I am a scavenger; it is in my blood.

I first discovered my genetic predisposition to opening crates and rummaging around for stuff with 2008’s Fallout 3. Before then, I had opened obligatory chests and drawers in previous games, but it wasn’t until Fallout 3 that I realized scavenging was what I was meant to do; it’s what I was made for. And as such, it has been my digital modus operandi — my joie de vivre, as it were — to open as many in-game containers and to extract as much trinkets from them as possible.

So when I learned that Biomutant would feature copious amounts of scavenging, I knew I had to play it. Although the game funnels you through a relatively linear opening section, with nary a box or locker to behold, I had a feeling that if I just stuck with it through those opening hours, I would have more than enough scavenging to keep my grubby little mutant hands busy for the foreseeable future.

And let me tell you, busy mine hands are, with no end in sight. It is glorious.

Biomutant takes a page from 2015’s Mad Max. When entering a new area, you’re alerted as to how many top-tier items are waiting to be discovered. It is a tantalizing glimpse at all the majesty yet to be unearthed. There are not one but two legendary weapons in this rundown factory? Well then, two legendary weapons I shall find.


Experiment 101 had no way of knowing this feature would ruin a small portion of my life — especially when I can’t find that last item after 40 minutes of searching, yet I refuse to move along and leave it to the next treasure hunter to find. But I’m honestly fine having that portion of my life ruined if it means finding a fancy weapon part at the end of it all.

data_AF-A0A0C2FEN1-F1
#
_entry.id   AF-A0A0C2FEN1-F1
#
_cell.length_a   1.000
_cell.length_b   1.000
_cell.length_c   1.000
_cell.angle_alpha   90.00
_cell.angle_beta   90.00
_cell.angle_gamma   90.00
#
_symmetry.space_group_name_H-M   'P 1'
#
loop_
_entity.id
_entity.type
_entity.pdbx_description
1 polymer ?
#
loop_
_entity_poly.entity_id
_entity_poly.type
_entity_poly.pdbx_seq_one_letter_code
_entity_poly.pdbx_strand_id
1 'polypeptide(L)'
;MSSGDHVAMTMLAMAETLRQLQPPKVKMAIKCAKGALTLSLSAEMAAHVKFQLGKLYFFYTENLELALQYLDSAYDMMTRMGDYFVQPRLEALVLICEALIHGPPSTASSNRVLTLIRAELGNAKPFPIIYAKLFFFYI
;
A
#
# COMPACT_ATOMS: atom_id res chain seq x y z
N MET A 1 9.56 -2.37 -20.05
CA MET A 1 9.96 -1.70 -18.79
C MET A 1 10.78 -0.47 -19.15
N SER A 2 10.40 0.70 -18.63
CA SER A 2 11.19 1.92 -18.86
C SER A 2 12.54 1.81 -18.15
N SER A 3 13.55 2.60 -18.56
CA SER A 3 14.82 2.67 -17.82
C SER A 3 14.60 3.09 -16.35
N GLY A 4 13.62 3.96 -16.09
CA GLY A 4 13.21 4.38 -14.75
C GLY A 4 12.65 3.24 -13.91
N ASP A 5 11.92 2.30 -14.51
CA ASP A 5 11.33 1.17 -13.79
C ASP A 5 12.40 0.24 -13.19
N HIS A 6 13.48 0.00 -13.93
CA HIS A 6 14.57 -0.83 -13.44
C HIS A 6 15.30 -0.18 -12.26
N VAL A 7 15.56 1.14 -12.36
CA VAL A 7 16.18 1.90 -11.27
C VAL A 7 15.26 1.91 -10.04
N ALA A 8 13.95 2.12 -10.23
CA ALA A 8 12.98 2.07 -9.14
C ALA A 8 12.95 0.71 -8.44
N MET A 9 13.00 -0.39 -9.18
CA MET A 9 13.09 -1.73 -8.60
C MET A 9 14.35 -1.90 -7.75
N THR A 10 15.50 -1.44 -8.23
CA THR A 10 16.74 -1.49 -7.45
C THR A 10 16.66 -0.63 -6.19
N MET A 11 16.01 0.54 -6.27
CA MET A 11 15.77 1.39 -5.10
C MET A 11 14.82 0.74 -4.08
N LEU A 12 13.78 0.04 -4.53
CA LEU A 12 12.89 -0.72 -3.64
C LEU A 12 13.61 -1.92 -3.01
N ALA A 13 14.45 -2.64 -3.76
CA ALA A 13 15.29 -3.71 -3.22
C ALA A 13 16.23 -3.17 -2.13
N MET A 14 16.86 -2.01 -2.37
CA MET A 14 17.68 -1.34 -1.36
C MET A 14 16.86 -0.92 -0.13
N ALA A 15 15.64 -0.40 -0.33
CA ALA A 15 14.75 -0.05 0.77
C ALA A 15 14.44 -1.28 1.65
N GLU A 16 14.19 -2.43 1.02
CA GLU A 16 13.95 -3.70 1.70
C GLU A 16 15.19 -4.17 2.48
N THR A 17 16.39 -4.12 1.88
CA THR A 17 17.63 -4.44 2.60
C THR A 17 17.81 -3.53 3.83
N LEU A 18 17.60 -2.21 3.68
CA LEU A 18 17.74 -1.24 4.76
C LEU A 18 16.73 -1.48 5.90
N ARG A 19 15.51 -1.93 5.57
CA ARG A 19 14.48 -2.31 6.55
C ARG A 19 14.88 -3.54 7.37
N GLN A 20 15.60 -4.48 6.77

You may be thinking: “Oh, sweet Julian, this is how all games with hidden collectibles operate,” but you would be wrong. Take DayZ, for example. DayZ doesn’t store its lootable items in cupboards or armoires — you know, places where you’d expect to find things if you were rooting around in abandoned houses. Instead, stuff is just strewn about like you entered a college dorm room toward the end of a semester. Lootable items are apparent from the moment you enter a room, thus minimizing any sense of mystery and surprise.

Although hiding loot in cabinets seems like Game Design 101, it certainly isn’t something that’s taken as gospel. But when this concept is employed properly, it just makes me love video-game scavenging all over again.

And the sheer number of container types in Biomutant — while not groundbreaking or anything — manages to keep the player on their toes so as not to miss anything. For example, you’ll want to search chair cushions and even ovens for hidden loot.

Biomutant - looting an oven

Ovens? This does lead me to question what sort of world this was before the humans went away. Of course, since Biomutant takes place in a world inhabited by mutated animals that inherited their world from a bygone human society, there is always some creative wiggle room. If you happen to find a gun stock in microwave, who’s to say how it got there?

I also love that legendary items have a warm, orange glow that permeates whatever container they’re hiding in. This adds an extra level of anticipation — you know that not only is something inside that kitchen drawer, but it’s something extra special.

I also think it’s pretty adorable when you have to root around in a pile of trash to find something hidden inside, especially when it’s a healing item in the guise of a piece of food. Remember, your character has no qualms about eating trash; it’s a raccoon-type thing or something.


Now if you’ll excuse me, I have dozens of hours of looting ahead of me, and those toilets aren’t going to unclog themselves!

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